Palestinian leader calls for peace conference by mid-2018
By EDITH M. LEDERER
Feb. 21, 2018
UNITED NATIONS (AP) — Palestinian President Mahmoud Abbas ruled out the United States as a broker for peace with Israel on Tuesday, calling for an international peace conference by mid-2018 with the key goals of full U.N. membership for the state of Palestine and a timeframe for a two-state solution.
Abbas spoke as the Trump administration's two key Mideast negotiators who are working on a U.S. peace proposal — the president's son-in-law Jared Kushner and special representative Jason Greenblatt — sat in the Security Council chamber listening. But he left without speaking to them or listening to U.S. Ambassador Nikki Haley say that "the United States stands ready to work with the Palestinian leadership," and the two envoys are "ready to talk."
The Palestinians are furious at President Donald Trump for overturning decades of U.S. policy and recognizing Jerusalem as Israel's capital, ignoring that east Jerusalem is Palestinian territory occupied by Israel since the 1967 war that the Palestinians want as the capital of their independent state. Abbas called Trump's pro-Israeli action "dangerous" and has said the president's action destroyed his credibility as a Mideast peace broker.
"It has become impossible today for one country alone to solve a regional or international conflict without the participation of other international partners," the Palestinian leader said.
Abbas presented the Palestinians "peace plan" to the council. It calls for mutual recognition by the states of Israel and Palestine based on 1967 borders, and formation of "an international multilateral mechanism" to assist the two parties in resolving all final status issues and implementing them "within a set time frame."
He said the peace conference should include the Israelis and Palestinians, the five permanent Security Council members and key regional and international governments, noting that 74 countries attended a Mideast peace conference in Paris in January 2017.
The Palestinians want to set up a state in the West Bank, Gaza Strip and east Jerusalem, lands Israel captured in the 1967 war. But there have been no serious negotiations since gaps widened following the 2009 election of Benjamin Netanyahu as Israel's prime minister. He rejects the 1967 frontier as a baseline for border talks, has expanded settlements which the U.N. call illegal, and rules out a partition of Jerusalem.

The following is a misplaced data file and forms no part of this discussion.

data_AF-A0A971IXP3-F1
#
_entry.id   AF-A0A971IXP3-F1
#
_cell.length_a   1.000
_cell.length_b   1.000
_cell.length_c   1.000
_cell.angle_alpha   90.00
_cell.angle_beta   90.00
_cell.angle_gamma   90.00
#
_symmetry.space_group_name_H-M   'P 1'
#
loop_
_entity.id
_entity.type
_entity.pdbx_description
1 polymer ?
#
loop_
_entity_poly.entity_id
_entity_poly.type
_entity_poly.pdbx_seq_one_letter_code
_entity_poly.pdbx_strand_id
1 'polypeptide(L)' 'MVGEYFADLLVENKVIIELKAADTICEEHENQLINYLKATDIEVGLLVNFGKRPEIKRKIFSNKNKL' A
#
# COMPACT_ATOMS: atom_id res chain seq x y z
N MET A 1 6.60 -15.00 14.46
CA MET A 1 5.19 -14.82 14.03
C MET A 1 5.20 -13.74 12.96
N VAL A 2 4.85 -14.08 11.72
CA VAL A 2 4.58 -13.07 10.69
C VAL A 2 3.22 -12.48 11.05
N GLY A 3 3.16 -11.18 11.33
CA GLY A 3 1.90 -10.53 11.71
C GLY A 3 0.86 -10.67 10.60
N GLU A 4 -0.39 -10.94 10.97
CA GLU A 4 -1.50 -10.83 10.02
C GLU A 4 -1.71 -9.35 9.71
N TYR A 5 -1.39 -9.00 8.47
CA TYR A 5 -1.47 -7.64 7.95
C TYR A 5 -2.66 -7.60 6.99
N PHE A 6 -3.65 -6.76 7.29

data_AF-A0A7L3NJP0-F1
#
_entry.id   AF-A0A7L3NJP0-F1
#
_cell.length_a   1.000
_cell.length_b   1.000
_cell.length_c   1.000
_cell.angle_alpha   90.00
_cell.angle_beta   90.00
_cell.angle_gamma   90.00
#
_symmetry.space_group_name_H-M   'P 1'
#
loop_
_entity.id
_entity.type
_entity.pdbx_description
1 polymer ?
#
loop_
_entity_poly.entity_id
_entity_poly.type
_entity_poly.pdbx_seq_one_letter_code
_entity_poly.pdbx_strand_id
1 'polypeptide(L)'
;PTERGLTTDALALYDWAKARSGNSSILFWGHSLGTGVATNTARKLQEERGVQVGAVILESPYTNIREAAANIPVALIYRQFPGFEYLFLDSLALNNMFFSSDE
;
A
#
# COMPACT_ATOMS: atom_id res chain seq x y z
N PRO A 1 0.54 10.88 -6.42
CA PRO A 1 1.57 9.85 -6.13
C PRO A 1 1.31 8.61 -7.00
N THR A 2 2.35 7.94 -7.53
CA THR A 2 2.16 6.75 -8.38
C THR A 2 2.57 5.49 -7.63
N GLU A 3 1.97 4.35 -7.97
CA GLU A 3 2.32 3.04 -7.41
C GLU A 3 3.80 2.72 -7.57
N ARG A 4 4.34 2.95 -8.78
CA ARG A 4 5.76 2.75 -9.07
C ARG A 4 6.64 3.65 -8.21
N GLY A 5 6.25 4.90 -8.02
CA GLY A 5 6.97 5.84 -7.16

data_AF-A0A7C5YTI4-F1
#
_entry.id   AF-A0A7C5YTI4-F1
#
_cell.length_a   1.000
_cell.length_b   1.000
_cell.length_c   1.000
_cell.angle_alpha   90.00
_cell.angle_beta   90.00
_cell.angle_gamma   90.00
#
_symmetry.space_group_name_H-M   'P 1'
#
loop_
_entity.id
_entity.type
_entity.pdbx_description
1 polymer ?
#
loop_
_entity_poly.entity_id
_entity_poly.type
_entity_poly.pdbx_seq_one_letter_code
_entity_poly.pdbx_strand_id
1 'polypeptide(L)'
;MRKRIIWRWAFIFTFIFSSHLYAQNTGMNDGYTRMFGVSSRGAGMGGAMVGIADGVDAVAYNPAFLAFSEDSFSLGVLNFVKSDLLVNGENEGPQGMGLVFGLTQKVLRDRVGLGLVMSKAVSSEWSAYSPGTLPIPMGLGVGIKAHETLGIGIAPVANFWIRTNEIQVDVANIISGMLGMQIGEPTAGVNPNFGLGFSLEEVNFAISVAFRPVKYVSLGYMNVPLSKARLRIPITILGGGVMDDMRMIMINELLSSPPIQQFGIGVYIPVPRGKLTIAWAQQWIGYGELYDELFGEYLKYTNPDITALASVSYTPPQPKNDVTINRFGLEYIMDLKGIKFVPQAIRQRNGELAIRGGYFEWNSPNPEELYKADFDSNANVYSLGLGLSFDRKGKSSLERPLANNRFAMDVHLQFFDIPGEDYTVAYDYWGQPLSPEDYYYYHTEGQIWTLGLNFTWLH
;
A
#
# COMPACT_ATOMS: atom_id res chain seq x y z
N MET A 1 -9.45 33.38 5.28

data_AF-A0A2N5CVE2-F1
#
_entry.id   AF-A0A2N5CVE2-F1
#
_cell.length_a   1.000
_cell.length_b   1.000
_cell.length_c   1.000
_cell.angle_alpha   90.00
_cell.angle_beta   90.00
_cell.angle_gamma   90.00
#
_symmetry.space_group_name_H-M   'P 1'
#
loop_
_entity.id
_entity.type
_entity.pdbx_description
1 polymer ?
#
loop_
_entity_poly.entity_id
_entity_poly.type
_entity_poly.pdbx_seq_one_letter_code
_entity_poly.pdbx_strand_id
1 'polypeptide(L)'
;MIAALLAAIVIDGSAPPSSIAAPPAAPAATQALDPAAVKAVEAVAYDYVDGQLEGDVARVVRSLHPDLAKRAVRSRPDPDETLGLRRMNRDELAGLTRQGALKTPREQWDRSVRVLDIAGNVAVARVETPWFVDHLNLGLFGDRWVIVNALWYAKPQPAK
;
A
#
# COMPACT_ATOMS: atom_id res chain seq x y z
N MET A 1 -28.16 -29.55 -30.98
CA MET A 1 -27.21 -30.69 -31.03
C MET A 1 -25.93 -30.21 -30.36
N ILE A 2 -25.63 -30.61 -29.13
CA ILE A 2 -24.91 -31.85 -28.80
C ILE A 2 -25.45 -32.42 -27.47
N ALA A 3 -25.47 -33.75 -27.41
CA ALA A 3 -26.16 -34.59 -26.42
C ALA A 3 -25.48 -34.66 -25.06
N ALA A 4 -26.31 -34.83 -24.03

Abbas accused Israel of "acting as a State above the law."
"It has transformed the occupation from a temporary situation ... into a situation of permanent settlement colonization," he said. "How can this happen? Israel shut the door on the two-state solution on the basis of the 1967 borders."
The Palestinian leader added into his prepared remarks: "We are employees for the occupation."
Abbas said the principle of two-states living side-by-side with full sovereignty must be preserved, but he said the U.S. has not clarified whether it is for a two-state or a one-state solution.
U.N. Secretary-General Antonio Guterres stressed that "there is no Plan B" to a two-state solution. But he warned that "after decades of support, the global consensus for a two-state solution could be eroding."
The U.N. chief voiced opposition to a one-state solution saying: "It is simply impossible to square the circle of a one-state reality with the legitimate national, historic and democratic aspirations of both Israelis and Palestinians."
Abbas was the last to arrive in the Security Council, and he left immediately after his speech to attend a reception hosted by the Palestinians, avoiding any direct contact with the Americans or Israelis.
Israel's U.N. Ambassador Danny Danon accused Abbas of "once again running away," and refusing to meet Netanyahu for 7 1/2 years "to negotiate peace."
Netanyahu's office issued a statement saying: "Abbas didn't say anything new. He continues to run away from peace, and continues to pay terrorists and their families $347 million."
Danon accused Abbas of using "hateful speech" and glorifying violence instead of improving the lives of Palestinians.
"Mr. Abbas, you have made it clear with your words and with your actions that you are no longer part of the solution," he said. "You are the problem."
Haley disagreed, saying the Trump administration was offering "an outstretched hand" to the Palestinian people and their leaders.
"But we will not chase after you," Haley said. "The choice, Mr. president, is yours."
She said the U.S. will not change its decision on Dec. 6 to move the U.S. embassy to Jerusalem, a move that has frozen U.S.-Palestinian relations.
The Palestinian leadership has a choice of two paths — "absolutist demands, hateful rhetoric, and incitement to violence" which will only lead to hardship for the Palestinian people or "negotiation and compromise" that holds the promise of peace, Haley said.
Though Kushner and Greenblatt didn't meet Abbas, they did meet informally behind closed doors with Security Council members.
Equatorial Guinea's U.N. Ambassador Anatolio Ndong Mba called the fact that they came to the council "very, very important" and "a good sign." But he said council members "haven't received any details" of the U.S. proposal for Palestinian-Israeli peace.
France's U.N. Ambassador Francois Delattre said his government received Abbas' proposal with interest and will study his call for an international conference, but U.S. participation in the Israeli-Palestinian peace process "is indispensable."